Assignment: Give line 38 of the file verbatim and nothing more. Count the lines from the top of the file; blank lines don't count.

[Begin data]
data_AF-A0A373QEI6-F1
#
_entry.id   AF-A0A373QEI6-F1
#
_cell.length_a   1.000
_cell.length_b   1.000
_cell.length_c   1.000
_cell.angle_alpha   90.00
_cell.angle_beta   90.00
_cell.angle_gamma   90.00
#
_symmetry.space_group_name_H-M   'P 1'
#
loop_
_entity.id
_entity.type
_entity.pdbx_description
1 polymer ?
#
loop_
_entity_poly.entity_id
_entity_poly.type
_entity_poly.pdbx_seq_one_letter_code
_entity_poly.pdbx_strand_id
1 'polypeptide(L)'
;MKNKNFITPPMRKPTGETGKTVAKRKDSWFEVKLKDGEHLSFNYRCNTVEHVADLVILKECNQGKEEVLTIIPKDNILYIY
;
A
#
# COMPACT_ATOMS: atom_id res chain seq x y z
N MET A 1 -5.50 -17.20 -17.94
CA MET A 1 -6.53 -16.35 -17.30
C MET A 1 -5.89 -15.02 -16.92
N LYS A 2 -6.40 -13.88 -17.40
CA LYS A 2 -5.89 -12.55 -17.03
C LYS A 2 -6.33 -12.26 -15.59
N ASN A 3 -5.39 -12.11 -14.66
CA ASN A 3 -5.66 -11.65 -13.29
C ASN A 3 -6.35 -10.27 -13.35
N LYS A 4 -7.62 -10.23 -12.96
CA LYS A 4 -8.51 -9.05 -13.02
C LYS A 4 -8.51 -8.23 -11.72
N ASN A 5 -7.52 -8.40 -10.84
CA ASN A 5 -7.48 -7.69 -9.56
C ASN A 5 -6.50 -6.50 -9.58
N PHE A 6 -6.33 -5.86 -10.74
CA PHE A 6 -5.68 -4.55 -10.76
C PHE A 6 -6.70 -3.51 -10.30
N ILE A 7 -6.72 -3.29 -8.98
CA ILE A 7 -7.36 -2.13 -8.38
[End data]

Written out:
CA ASN A 3 -5.66 -11.65 -13.29